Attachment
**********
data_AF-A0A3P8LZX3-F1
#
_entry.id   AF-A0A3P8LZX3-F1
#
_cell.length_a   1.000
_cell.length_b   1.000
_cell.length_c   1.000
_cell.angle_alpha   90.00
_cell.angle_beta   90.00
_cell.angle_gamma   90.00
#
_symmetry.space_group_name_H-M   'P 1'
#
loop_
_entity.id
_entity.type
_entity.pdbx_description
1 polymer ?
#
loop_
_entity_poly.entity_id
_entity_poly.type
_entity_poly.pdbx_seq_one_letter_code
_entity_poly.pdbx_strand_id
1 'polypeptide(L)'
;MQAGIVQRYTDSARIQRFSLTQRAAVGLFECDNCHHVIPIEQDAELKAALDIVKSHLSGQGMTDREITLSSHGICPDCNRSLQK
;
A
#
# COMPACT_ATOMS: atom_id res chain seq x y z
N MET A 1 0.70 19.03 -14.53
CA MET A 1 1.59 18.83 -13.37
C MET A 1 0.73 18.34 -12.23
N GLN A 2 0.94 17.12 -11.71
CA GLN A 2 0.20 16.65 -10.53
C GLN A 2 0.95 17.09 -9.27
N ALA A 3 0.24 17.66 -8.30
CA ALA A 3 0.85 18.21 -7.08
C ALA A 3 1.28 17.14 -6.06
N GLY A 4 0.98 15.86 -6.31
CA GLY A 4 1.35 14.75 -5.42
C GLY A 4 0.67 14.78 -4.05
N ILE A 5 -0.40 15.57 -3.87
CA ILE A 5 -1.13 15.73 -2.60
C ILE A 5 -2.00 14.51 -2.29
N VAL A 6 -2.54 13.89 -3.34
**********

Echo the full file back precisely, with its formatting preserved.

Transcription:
data_AF-A0A3P8LZX3-F1
#
_entry.id   AF-A0A3P8LZX3-F1
#
_cell.length_a   1.000
_cell.length_b   1.000
_cell.length_c   1.000
_cell.angle_alpha   90.00
_cell.angle_beta   90.00
_cell.angle_gamma   90.00
#
_symmetry.space_group_name_H-M   'P 1'
#
loop_
_entity.id
_entity.type
_entity.pdbx_description
1 polymer ?
#
loop_
_entity_poly.entity_id
_entity_poly.type
_entity_poly.pdbx_seq_one_letter_code
_entity_poly.pdbx_strand_id
1 'polypeptide(L)'
;MQAGIVQRYTDSARIQRFSLTQRAAVGLFECDNCHHVIPIEQDAELKAALDIVKSHLSGQGMTDREITLSSHGICPDCNRSLQK
;
A
#
# COMPACT_ATOMS: atom_id res chain seq x y z
N MET A 1 0.70 19.03 -14.53
CA MET A 1 1.59 18.83 -13.37
C MET A 1 0.73 18.34 -12.23
N GLN A 2 0.94 17.12 -11.71
CA GLN A 2 0.20 16.65 -10.53
C GLN A 2 0.95 17.09 -9.27
N ALA A 3 0.24 17.66 -8.30
CA ALA A 3 0.85 18.21 -7.08
C ALA A 3 1.28 17.14 -6.06
N GLY A 4 0.98 15.86 -6.31
CA GLY A 4 1.35 14.75 -5.42
C GLY A 4 0.67 14.78 -4.05
N ILE A 5 -0.40 15.57 -3.87
CA ILE A 5 -1.13 15.73 -2.60
C ILE A 5 -2.00 14.51 -2.29
N VAL A 6 -2.54 13.89 -3.34